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Product Description

In Light of Today’s Scientific Achievements, Do We Need God Anymore?
Einstein’s revolutionary scientific ideas have transformed our world, ushering in the nuclear age. The current pace of scientific and technological progress is simply astounding. So is there any place for faith in such a world?

Einstein himself gave careful thought to the deepest questions of life. His towering intellectual status means he is someone worth listening to when we think through the big questions of life:
  • Can science answer all our questions?
  • Why is religion so important in life?
  • How can we hold together science and faith?
In this book, McGrath examines the life and work of Einstein, explaining his scientific significance and considering what Einstein did and did not believe about science, religion, and the meaning of life.

A Theory of Everything (That Matters) is a must-read for anyone who wants to understand the role of faith in a world where science and technology govern our lives.

Product Details

Published:
Binding:
Hardcover
Trim Size:
5 x 7.5 in.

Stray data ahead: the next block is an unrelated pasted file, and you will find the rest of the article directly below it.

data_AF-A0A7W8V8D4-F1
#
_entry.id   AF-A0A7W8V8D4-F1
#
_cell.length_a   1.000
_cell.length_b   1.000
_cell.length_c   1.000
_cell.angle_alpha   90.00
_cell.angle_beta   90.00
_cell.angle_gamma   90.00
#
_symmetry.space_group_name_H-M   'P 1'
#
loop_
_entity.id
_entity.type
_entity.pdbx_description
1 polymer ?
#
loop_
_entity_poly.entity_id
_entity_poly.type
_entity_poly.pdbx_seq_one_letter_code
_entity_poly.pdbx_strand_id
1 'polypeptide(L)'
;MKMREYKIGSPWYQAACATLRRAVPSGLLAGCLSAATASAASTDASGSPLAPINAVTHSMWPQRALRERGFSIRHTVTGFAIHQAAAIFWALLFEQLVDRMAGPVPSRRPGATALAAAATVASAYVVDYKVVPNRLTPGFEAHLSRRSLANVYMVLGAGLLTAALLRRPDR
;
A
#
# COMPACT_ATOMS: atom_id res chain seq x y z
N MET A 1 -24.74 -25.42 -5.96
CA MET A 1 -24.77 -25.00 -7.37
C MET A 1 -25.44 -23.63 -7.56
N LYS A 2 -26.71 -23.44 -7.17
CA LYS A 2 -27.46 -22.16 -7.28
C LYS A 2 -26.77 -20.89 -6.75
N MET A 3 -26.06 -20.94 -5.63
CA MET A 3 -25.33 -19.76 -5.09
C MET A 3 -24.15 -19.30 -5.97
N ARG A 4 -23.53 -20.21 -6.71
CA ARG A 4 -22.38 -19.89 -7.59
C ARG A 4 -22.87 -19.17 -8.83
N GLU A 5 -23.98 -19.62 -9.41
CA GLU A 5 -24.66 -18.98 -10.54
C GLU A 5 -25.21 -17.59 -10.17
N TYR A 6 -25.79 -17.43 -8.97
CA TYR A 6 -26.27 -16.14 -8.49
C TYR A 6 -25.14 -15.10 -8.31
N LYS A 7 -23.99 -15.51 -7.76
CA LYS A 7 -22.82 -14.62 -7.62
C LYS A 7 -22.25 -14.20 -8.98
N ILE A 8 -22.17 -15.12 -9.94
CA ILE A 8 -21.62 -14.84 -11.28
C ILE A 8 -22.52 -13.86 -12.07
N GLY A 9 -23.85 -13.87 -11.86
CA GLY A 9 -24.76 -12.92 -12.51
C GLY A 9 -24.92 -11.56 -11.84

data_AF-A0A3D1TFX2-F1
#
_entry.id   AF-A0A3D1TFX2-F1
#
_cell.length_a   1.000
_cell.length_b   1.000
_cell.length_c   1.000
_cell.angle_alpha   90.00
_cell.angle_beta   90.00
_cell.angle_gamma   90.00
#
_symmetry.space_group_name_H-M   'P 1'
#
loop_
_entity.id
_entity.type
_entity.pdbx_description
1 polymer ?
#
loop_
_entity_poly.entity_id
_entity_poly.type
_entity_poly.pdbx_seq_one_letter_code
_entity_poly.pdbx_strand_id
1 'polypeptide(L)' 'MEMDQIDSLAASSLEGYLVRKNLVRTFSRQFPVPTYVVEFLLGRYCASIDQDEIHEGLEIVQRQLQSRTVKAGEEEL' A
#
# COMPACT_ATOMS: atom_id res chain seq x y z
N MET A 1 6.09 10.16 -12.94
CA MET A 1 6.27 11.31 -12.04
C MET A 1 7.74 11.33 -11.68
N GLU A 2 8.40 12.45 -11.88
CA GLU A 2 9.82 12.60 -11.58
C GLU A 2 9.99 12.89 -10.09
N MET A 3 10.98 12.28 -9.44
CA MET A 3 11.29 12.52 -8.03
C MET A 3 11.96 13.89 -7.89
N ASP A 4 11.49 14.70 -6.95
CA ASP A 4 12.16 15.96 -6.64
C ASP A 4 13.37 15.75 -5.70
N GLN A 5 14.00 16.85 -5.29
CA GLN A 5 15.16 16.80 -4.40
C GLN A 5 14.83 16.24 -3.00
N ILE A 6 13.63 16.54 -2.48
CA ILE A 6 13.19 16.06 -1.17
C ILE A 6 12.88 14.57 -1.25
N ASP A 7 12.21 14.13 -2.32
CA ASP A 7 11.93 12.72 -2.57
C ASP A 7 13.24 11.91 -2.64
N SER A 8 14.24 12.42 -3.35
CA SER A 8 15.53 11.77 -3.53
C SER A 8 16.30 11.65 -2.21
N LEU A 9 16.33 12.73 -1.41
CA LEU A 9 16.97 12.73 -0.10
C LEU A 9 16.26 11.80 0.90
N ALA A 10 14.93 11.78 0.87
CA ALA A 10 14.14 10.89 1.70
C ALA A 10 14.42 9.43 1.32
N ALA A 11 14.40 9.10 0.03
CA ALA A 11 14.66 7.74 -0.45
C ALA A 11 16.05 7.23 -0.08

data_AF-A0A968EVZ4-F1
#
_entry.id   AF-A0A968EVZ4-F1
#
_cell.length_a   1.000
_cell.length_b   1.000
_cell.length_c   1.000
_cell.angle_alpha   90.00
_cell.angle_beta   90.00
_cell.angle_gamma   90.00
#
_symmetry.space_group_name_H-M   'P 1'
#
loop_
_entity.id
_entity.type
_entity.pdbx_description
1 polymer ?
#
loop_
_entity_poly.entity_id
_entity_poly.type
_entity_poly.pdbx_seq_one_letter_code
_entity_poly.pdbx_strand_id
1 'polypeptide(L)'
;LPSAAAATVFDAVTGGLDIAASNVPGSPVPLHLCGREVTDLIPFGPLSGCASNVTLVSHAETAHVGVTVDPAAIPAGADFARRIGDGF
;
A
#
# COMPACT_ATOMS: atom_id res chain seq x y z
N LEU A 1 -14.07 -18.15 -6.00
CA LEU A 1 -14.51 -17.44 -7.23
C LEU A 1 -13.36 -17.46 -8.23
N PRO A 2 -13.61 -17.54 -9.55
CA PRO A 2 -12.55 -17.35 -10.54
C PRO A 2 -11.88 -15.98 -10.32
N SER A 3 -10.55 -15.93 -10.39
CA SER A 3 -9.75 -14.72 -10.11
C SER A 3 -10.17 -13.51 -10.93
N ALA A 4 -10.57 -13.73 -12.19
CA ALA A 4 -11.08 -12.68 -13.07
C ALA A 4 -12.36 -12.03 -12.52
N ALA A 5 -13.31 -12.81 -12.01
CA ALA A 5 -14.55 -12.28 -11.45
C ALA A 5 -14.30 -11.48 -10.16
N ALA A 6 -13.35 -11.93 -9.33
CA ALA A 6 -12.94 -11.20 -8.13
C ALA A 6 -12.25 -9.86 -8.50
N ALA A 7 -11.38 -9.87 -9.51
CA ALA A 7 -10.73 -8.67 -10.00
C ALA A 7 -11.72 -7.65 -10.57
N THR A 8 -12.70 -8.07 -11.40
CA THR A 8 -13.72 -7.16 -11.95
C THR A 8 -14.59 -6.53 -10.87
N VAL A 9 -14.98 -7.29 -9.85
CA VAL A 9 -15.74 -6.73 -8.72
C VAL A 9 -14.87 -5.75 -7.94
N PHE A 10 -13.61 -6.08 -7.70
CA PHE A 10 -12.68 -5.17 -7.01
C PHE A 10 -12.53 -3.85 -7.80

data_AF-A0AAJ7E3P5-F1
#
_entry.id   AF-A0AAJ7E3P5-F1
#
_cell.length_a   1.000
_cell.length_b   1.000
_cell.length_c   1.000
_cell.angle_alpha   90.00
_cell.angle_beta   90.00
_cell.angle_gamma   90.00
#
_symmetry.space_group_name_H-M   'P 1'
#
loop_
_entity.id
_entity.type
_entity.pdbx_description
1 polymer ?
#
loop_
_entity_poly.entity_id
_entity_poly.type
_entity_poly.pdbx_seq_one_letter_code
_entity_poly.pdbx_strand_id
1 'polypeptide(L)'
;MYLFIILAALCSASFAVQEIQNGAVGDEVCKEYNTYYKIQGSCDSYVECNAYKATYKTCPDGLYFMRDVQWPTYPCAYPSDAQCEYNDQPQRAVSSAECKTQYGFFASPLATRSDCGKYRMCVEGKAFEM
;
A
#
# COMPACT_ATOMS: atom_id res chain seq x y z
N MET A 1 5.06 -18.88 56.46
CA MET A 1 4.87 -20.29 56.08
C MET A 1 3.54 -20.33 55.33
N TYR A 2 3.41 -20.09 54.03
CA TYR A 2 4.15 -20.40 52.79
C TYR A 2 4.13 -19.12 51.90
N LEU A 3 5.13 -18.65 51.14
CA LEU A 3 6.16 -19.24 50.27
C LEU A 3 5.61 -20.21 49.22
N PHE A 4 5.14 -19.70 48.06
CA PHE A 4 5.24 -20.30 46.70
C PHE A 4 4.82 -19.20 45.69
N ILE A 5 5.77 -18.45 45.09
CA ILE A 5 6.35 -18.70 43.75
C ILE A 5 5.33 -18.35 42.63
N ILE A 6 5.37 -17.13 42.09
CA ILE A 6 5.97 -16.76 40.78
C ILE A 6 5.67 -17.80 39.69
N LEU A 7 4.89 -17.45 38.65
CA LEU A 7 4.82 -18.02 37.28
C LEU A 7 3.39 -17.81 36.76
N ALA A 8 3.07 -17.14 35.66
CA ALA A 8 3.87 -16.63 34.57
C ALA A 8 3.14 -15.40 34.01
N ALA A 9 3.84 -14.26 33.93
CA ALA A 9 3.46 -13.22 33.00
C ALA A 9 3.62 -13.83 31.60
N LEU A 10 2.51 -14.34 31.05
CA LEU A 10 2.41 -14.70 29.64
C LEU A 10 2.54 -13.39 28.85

Pages:
240
ISBN:
978-1-4964-3807-2

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McGrath, professor of science and religion at Oxford University, provides an excellent study of Einstein’s theories in relation to his beliefs about God. McGrath explains the scientific achievements of Isaac Newton that dominated the world of physics while Einstein was working as an assistant in a Swiss patent shop in 1905. That year, Einstein published an article that would “overthrow” Newtonian ideas, in which he proposed that light was composed of particles and that each particle’s energy could be measured by the frequency of its electromagnetic radiation. McGrath then lays out Einstein’s subsequent work, article-by-article, establishing his theory of special relativity. Though Einstein revolutionized physics, he failed in his quest to discover a “grand theory of everything,” a problem he wrestled with until his death. While Einstein did not believe in a personal God, McGrath writes, he was driven by a “cosmic religious feeling” that became his “strongest and noblest motive for scientific research.” McGrath, a Christian, encourages other Christians to consider Einstein’s teachings as a mechanism for thinking about their own ideas regarding the relationship between science, religion, and the “meaning of everything.” This analysis of Einstein’s ideas will appeal to any Christian reader looking to contemplate connections between God and the unresolved mysteries of scientific discovery.